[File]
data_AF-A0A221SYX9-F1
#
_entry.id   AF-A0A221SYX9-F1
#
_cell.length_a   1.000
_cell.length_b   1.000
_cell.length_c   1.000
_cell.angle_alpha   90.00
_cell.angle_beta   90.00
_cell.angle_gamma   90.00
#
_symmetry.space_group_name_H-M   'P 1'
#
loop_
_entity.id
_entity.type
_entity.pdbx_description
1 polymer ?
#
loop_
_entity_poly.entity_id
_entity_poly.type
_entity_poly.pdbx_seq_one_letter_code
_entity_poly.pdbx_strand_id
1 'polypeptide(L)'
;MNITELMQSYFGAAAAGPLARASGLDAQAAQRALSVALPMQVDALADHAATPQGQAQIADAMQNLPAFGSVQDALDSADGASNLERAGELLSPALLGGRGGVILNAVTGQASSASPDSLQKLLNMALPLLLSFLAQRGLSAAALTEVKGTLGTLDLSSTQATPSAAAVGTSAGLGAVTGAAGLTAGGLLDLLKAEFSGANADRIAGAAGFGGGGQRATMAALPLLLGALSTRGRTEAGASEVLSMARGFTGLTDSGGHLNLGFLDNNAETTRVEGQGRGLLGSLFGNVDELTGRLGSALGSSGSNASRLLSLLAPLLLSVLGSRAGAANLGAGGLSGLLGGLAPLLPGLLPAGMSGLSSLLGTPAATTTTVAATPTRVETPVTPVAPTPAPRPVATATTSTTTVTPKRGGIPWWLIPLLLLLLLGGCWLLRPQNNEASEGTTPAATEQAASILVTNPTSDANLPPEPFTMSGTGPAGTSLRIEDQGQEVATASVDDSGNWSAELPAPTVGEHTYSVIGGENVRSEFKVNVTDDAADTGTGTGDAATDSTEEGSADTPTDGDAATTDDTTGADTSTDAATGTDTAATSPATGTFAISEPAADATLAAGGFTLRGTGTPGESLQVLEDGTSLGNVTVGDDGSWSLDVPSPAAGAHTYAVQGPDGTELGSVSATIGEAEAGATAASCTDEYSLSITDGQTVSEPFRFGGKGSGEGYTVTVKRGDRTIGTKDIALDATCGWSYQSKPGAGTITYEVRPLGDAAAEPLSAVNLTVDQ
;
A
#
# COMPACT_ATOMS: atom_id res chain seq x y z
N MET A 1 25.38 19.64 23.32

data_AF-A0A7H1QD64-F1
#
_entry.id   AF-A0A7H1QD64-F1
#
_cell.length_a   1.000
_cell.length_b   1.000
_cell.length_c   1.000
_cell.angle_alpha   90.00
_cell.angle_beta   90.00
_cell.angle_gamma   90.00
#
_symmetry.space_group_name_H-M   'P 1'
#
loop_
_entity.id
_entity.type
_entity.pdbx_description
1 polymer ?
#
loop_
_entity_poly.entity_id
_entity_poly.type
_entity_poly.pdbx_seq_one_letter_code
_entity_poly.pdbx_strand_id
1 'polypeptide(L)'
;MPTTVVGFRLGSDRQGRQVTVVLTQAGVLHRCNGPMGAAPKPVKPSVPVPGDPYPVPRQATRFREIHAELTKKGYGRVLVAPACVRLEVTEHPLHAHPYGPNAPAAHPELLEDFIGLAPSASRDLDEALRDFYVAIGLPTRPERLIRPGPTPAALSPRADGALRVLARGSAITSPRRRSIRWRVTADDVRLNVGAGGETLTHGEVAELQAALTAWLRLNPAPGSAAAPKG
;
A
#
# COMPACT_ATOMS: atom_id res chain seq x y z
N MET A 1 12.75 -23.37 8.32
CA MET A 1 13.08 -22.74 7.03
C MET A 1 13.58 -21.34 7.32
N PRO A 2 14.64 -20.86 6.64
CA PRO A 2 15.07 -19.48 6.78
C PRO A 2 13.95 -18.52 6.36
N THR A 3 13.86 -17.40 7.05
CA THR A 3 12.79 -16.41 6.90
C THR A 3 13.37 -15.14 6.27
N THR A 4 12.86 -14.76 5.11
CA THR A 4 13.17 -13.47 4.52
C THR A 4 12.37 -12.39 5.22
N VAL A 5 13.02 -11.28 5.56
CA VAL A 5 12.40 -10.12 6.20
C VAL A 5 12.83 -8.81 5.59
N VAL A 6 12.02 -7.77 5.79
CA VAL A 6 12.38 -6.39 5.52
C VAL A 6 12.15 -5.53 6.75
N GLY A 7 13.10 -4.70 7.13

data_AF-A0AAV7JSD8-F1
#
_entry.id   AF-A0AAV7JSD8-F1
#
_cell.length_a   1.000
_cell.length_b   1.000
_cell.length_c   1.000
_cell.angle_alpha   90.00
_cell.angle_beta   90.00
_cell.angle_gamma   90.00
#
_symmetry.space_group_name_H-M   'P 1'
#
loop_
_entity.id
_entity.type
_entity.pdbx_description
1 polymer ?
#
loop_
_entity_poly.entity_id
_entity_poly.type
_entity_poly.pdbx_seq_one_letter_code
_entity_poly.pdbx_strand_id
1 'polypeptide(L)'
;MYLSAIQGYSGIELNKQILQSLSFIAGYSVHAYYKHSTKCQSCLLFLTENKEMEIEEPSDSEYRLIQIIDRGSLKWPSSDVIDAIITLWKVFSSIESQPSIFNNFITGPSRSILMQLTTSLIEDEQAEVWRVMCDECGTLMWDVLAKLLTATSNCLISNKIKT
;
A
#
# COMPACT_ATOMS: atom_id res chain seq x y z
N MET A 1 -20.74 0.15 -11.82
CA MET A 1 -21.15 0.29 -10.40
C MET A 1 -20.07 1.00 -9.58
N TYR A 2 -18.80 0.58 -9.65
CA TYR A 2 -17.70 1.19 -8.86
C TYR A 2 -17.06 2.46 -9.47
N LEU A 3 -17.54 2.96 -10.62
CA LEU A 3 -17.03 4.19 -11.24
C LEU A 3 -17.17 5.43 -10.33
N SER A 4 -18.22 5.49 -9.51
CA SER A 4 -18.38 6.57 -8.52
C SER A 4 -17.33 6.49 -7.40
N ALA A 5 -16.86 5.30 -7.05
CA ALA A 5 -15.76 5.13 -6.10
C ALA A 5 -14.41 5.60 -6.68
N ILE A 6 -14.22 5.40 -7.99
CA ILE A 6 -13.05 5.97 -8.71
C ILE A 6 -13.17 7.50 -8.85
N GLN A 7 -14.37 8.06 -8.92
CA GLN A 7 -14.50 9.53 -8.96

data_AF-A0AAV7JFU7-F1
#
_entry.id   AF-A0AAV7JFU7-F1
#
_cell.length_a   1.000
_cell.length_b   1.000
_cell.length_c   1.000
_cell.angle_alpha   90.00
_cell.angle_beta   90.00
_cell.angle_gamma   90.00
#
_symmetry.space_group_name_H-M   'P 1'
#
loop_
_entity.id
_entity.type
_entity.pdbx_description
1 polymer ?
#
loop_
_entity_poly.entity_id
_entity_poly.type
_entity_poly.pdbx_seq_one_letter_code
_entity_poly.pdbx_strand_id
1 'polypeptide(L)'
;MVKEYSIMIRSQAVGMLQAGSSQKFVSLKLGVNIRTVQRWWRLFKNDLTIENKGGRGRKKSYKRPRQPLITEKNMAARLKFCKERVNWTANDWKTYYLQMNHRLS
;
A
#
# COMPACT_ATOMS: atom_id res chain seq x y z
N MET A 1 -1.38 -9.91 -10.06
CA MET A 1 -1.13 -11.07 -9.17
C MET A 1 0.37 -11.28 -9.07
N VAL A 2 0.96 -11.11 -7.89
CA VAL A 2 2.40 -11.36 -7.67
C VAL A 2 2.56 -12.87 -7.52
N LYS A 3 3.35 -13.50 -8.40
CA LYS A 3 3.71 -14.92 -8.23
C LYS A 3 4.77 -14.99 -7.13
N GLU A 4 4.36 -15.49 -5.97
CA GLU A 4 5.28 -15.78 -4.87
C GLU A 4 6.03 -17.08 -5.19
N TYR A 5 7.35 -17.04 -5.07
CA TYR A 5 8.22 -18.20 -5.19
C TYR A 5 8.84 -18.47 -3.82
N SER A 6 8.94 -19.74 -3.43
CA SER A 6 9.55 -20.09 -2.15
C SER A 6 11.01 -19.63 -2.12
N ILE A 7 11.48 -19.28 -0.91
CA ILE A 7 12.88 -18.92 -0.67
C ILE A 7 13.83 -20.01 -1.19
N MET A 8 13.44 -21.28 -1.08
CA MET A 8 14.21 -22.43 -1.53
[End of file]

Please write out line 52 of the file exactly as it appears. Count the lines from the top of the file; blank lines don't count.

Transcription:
_entity_poly.entity_id